In my constituency we very eagerly await the programme, first, in regard to the operation on the Deale. Perhaps the Parliamentary Secretary, when concluding, would give us the up-to-date information as to the progress of that scheme. I know from local contacts that it has reached the advanced stage and for that the people of West Limerick are very grateful indeed. Last year the people in the valley of the Deale had the unfortunate experience of flooding during the summer period when their crops were completely destroyed. It is not so long ago since the Land Commission had for offer in one of those areas a holding which they were letting by auction for some time. The farmers of that area sought gardens on that holding to enable them to grow root crops—a thing which they have not been able to do satisfactorily for years.
Anybody can testify to the fact that about five times during the past seven or eight years their crops have been swept away by disastrous flooding in that area. Besides, there are in County Limerick large areas of land which cannot even be adequately drained. They cannot obtain the benefit of drainage schemes. That is a very serious drawback to the agricultural economy of those areas. If the Parliamentary Secretary can do anything to expedite this programme or even bring it forward by three months, it would be very much appreciated.
The same thing applies to the Maigue. I know that the survey of the Maigue has commenced. It is a vast area and it extends into the heart of the Golden Vale, touching even the County Tipperary. Again, I certainly would not be in any way critical of any expansion of staff which would give us an acceleration of the drainage scheme programme. We would add considerably to the economy of the country if we were able to bring this land into productive capacity sooner than it can by our present rate of progress.
In that respect, indeed, the agricultural community who live along the banks of the rivers for which it is intended that the Board of Works will be responsible are anxiously looking forward to the operations of that section of the Office of Public Works. Early this year the Parliamentary Secretary received a deputation from the Limerick and Tipperary area in regard to a flooding problem. Unfortunately, the Parliamentary Secretary could not do anything for them because the programme of arterial drainage made it incumbent upon him to leave that problem aside inasmuch as it could not be classed even as an intermediate drainage. The Shannon is a tidal river. We are certainly not very far from the sea. Rivers like the Maigue and the Deale are tributaries of the river Shannon. To think that the areas I have mentioned will have to wait a very long period would be a great source of uneasiness to the people who live in these regions.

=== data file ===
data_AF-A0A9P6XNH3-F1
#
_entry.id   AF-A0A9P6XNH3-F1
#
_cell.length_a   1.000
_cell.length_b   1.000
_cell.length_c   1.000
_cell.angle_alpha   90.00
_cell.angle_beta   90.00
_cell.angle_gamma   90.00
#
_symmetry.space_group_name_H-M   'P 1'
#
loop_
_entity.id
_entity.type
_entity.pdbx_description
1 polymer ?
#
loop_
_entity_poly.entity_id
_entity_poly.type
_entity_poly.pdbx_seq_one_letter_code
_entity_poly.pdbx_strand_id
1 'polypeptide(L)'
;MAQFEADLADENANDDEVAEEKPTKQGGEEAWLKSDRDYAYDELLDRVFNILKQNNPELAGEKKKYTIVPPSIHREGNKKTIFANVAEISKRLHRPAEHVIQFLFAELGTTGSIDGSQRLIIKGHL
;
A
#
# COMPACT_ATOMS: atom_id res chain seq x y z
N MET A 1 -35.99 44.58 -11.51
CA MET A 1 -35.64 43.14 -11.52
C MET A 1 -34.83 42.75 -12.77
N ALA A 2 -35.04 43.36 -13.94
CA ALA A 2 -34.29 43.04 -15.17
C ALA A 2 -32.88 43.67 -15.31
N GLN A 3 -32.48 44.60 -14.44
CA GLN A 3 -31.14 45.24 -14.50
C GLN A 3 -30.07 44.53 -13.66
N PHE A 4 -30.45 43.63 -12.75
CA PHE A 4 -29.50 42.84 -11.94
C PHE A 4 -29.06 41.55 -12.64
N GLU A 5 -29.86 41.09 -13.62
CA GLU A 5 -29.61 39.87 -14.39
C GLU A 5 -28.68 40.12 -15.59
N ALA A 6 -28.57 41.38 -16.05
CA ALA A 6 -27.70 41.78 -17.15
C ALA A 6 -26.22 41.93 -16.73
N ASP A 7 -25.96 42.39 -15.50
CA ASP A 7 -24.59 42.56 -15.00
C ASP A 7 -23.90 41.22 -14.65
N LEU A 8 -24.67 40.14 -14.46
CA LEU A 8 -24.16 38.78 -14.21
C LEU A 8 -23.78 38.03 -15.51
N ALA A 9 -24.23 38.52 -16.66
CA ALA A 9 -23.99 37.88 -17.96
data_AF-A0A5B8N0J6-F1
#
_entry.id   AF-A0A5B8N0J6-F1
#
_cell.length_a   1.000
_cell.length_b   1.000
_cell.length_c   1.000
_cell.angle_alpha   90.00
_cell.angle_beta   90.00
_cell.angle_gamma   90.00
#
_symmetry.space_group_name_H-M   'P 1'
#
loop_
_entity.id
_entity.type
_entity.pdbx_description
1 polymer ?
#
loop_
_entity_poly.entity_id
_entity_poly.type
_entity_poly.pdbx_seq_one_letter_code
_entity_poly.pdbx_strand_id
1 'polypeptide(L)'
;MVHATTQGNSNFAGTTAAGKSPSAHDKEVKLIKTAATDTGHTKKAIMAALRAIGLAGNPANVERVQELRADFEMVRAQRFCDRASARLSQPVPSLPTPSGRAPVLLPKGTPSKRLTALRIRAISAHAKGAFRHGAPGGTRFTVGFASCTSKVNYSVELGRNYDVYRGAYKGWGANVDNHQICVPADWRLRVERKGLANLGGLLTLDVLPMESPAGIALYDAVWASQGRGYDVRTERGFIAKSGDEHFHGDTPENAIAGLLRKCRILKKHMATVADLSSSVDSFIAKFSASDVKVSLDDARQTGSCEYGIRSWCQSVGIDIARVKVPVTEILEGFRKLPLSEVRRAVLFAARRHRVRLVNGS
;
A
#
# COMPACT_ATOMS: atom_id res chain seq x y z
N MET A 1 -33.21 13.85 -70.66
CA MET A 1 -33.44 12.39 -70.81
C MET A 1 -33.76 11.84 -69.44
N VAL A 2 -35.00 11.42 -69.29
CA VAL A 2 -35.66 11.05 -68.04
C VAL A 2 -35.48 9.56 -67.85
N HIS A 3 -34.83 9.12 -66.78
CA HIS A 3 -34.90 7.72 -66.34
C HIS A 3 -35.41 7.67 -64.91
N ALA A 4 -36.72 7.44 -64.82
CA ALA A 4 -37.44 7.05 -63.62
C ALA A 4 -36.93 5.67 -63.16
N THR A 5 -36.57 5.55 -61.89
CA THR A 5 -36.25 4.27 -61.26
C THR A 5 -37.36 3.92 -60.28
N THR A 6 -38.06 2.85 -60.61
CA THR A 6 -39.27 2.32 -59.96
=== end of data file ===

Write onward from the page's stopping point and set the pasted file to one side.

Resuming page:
I know that the Office of Public Works has a very large responsibility in regard to the building programmes under the various Departments of State. They are passed from the various Departments for execution to this Department. Any of the Departments may at that stage say: "Well, we have passed the particular project. We have done all we can about it. It is now a matter for the Office of Public Works." The problem is then left with the Office of Public Works and that Office is responsible for projects emanating from the Department of Justice, the Department of Education, the Department of Agriculture, the Department of External Affairs, the Department of Industry and Commerce and so on.
At the same time it has a rather stinted allocation of moneys for the purposes with which it is to deal. I do not know whether this would be an example in reverse of centralisation towards getting the desired effect. Each of these Departments, I suggest, might have their own planning section to deal with their problems. Having planned them, they could hand them for execution to the Office of Public Works. That might contribute something to the expedition which everybody desires.
This Estimate is a most important one. The work that is being done under the auspices of this Office is a permanent record of our interest and our efficiency in regard to the various State projects where we are trying to replace deficits which exist over so many years in the past. Everybody wishes the Parliamentary Secretary and his staff well in that respect. The only fault which anybody might have with the programme is that it is too slow. It is very much to be desired that the Parliamentary Secretary would bring to that office a sense of greater urgency in regard to the programme which has to be completed.